Videos show severity of historic rainfall in Seoul that flooded the city, leaving 8 dead and 7 missing

korea flooding
  • A historic rainfall in Seoul has sent floods down subway stations and roads, reportedly leaving eight people dead and seven others missing.
  • Videos show cars and buses submerged in water, with some people stuck on top of their vehicles, as well as water rushing down subway station stairs like a waterfall.
  • The rain began Monday morning and intensified by night with pedestrians wading in thigh-high waters in Gangnam.
  • Monday night recorded the highest hourly downpour measured in South Korea since 1942.

Videos online show vehicles submerged and people wading through thigh-high waters in Seoul as South Korea was hit by a historic rainfall that reportedly left eight dead and seven others missing.

The rain began Monday morning and intensified through the evening. By nightfall, streets in Seoul were flooded and water cascaded down subway station steps. Stranded cars and buses were seen scattered on the streets as workers cleared the roads on Tuesday, blocking off damaged roads and pavements. 

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A majority of Seoul’s subway services have returned to normal operations; however, several roads remain closed due to safety concerns.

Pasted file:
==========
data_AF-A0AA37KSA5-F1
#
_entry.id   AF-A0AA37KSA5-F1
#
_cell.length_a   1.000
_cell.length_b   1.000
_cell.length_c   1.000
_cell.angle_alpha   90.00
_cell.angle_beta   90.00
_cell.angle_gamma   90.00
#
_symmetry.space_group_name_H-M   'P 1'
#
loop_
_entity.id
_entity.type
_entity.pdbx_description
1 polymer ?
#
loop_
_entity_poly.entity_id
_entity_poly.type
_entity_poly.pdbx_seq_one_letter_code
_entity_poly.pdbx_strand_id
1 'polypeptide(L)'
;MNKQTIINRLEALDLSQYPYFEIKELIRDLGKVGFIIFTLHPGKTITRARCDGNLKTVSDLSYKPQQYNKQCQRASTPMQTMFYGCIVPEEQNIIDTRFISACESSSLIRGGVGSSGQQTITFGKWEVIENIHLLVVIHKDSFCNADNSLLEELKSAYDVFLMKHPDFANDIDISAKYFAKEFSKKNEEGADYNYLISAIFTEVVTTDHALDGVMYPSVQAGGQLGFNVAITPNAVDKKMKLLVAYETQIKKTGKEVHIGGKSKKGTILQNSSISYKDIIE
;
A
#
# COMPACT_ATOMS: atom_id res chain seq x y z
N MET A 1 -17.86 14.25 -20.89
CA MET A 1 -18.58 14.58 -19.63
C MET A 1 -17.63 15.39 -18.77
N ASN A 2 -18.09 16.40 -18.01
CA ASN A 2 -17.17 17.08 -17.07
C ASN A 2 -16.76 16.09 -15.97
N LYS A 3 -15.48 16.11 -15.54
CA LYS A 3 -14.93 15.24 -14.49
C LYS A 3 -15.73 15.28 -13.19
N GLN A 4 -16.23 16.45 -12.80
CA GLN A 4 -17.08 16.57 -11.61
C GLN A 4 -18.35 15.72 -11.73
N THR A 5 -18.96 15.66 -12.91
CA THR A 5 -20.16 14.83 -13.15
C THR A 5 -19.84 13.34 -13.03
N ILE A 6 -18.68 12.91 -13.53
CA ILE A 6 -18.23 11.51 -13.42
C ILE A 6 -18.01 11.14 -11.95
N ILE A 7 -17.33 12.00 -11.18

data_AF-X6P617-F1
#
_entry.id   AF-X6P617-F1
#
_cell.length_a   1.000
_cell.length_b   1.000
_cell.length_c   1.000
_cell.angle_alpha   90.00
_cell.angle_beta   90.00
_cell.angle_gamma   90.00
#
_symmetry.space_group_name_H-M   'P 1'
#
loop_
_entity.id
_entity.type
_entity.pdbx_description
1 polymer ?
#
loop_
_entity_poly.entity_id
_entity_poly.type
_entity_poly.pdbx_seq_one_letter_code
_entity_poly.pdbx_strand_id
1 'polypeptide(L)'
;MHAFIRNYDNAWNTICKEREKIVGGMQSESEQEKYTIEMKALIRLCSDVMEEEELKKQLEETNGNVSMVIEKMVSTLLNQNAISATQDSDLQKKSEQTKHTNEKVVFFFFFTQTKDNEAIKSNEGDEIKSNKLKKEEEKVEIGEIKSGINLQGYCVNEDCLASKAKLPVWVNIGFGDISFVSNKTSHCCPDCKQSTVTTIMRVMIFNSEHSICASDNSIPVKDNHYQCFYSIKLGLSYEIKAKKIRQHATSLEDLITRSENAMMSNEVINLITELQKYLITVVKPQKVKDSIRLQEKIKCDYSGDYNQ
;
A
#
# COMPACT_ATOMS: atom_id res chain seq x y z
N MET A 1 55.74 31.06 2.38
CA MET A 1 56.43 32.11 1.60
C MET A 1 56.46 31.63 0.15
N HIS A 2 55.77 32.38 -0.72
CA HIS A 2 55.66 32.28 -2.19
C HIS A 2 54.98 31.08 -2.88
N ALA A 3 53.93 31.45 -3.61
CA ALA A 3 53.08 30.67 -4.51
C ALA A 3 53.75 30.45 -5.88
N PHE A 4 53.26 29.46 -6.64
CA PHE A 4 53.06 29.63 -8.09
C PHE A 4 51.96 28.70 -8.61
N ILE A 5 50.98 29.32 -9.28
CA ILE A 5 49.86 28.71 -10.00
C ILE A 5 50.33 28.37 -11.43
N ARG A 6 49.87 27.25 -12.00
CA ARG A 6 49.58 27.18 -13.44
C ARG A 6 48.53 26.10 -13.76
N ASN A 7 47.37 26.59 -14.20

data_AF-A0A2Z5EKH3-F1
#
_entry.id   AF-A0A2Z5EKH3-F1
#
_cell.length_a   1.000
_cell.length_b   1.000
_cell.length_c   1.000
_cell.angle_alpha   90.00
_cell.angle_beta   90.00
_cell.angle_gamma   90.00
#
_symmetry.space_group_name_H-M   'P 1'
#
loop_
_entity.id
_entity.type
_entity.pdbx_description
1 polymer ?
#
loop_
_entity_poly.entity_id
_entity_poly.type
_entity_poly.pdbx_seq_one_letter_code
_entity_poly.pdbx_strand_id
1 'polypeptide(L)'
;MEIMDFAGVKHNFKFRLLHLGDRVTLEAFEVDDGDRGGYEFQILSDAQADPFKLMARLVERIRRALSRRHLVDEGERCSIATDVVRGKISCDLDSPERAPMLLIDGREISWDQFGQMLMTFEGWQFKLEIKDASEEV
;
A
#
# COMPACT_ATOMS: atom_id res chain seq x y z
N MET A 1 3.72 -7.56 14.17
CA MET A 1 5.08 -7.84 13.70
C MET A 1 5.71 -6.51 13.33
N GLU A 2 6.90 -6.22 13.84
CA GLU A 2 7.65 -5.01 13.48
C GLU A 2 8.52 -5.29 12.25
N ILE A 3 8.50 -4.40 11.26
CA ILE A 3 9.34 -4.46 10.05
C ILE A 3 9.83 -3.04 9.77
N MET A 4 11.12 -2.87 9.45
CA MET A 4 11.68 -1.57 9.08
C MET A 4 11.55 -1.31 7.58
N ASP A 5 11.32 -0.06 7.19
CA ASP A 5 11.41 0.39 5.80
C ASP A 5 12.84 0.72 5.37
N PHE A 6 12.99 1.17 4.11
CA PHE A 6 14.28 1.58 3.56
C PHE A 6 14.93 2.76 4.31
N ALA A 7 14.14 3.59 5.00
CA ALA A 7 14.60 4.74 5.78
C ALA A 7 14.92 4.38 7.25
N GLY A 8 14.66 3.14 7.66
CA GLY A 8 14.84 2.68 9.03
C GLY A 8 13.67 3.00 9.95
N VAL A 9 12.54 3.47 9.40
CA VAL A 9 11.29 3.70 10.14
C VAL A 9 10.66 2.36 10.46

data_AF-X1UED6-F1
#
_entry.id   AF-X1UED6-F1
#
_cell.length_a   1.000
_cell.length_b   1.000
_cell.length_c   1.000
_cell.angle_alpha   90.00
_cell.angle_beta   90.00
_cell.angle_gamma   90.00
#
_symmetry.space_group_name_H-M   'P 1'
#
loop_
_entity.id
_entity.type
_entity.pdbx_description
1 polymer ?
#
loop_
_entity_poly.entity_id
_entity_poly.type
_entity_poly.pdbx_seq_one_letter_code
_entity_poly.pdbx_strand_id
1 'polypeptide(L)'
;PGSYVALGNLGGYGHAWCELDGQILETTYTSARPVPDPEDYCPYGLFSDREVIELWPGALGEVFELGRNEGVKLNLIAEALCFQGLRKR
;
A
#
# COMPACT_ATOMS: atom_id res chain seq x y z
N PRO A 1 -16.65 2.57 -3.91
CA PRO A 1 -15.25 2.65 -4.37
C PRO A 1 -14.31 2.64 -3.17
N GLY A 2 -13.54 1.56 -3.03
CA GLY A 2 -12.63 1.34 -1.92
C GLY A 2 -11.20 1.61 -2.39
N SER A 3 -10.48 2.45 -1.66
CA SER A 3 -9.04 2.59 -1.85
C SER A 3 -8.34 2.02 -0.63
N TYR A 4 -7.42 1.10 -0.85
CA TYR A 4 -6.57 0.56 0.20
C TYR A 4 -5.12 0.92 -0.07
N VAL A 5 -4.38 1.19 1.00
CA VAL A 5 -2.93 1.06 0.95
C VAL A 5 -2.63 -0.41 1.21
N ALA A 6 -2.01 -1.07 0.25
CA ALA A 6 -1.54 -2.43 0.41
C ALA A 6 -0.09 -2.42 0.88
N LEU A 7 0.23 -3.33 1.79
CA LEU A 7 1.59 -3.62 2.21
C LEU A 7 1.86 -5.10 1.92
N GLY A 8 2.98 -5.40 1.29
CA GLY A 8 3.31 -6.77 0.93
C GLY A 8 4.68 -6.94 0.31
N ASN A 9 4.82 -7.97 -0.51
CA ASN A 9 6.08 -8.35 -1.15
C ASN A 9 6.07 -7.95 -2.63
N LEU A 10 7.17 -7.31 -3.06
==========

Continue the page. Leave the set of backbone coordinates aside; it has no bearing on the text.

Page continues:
Three people — two sisters in their 40s and a 13-year-old girl — drowned in the basement of their homes in the Gwanak district of southern Seoul on Monday night. Rescue workers received a call for help but were unable to reach them in time. Another woman also drowned in her home in the Dongjak district, and a public worker died clearing fallen trees. 

Three others were found dead in the debris of landslides and a collapsed bus station in Gwangju and Hwaseong. Four people remain missing in Seoul’s Seocho district.

The Ministry of the Interior and Safety reported around 800 buildings in Seoul and nearby cities were damaged by the heavy rainfall while at least 790 people were forced to evacuate their homes.

From Monday to noon on Tuesday, more than 43 centimeters (approximately 17 inches) of rain was recorded in Seoul’s Dongjak district, the area hit the hardest. At one point on Monday night, the area measured more than 14 centimeters (approximately 5.5 inches) of per-hour precipitation, the highest hourly downpour recorded in South Korea since 1942. 

South Korea’s weather agency has issued a heavy rain warning for the Seoul metropolitan area and nearby areas. Rainfall may reach around five to 10 centimeters (approximately 2 to 4 inches) an hour and 10 to 35 centimeters (approximately 4 to 14 inches) is expected through Thursday. 

“The heavy rainfall is expected to continue for days … we need to maintain our sense of alert and respond with all-out effort,” President Yoon Suk Yeol said at the government’s emergency headquarters.


Feature Image via TikTok

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